February 3, 2015

JUNE 5, 2014 FILE PHOTO FILE - In this June 5, 2014 file photo, a man walks past a Google sign at the company's headquarters in Mountain View, Calif., U.S.A. The politically-fraught issue of forcing big, multinational companies to pay more tax will be high on the agenda at G-20 summit on Nov. 15 and 16 in Brisbane, Australia. There has been an ongoing effort by governments to crack down on tax avoidance, with companies such as Google and Amazon facing criticism for moving profits earned in one country to other countries with lower tax rates. (AP Photo/Marcio Jose Sanchez, File)

A group of experts selected by Google to give advice on a European court ruling instructing it to pull out some personal information from the search results is tending to limit the application to European websites only.

The territorial reach of the “right to be forgotten” decision from the European Court of Justice (ECJ) has put the search engine giant at odds with the European Union’s data protection watchdogs, who have told it to remove links across all relevant versions of its website, including Google.com.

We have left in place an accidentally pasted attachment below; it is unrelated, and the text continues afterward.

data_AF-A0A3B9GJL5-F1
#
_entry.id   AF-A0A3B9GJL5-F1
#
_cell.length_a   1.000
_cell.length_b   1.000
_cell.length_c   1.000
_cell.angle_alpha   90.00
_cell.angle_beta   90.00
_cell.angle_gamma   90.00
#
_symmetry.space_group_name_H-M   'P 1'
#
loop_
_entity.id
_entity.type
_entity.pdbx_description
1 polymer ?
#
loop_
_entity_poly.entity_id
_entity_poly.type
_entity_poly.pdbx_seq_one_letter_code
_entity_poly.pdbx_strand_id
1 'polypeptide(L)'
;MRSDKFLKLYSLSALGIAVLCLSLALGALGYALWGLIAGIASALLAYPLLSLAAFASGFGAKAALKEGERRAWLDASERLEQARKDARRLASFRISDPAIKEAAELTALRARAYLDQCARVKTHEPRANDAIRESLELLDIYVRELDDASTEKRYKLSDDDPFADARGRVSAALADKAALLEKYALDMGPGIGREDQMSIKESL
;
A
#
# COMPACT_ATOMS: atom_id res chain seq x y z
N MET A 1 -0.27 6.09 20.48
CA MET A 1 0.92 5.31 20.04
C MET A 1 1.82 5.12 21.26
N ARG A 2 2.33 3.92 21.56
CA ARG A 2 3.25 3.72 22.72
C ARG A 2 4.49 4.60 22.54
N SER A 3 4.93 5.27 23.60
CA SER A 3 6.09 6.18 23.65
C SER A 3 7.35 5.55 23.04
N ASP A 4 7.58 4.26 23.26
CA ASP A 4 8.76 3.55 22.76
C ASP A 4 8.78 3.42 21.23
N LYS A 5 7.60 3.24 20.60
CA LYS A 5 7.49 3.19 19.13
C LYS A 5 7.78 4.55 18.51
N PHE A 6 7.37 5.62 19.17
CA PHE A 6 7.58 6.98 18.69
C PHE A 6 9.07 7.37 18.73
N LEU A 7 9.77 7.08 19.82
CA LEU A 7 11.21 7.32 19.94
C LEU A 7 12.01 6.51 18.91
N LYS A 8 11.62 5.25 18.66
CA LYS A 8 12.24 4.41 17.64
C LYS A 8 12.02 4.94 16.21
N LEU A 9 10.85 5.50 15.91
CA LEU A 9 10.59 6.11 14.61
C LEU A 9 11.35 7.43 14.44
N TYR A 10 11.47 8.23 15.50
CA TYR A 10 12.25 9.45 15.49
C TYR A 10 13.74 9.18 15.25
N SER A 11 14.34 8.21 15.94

Google has said that scrubbing links from all its European websites, such as Google.de in Germany, is in line with the ruling handed down last May. “The outcome of the discussions has been so far that Google has applied the ruling in a pan-European way,” said Professor Luciano Floridi of Oxford University, one of the members of the ten-strong Advisory Council which includes two Google executives. “There is a general agreement at least among most members of the Advisory Council that this is a good compromise.”

Source : http://www.reuters.com/article/us-google-eu-privacy-idUSKBN0L726I20150203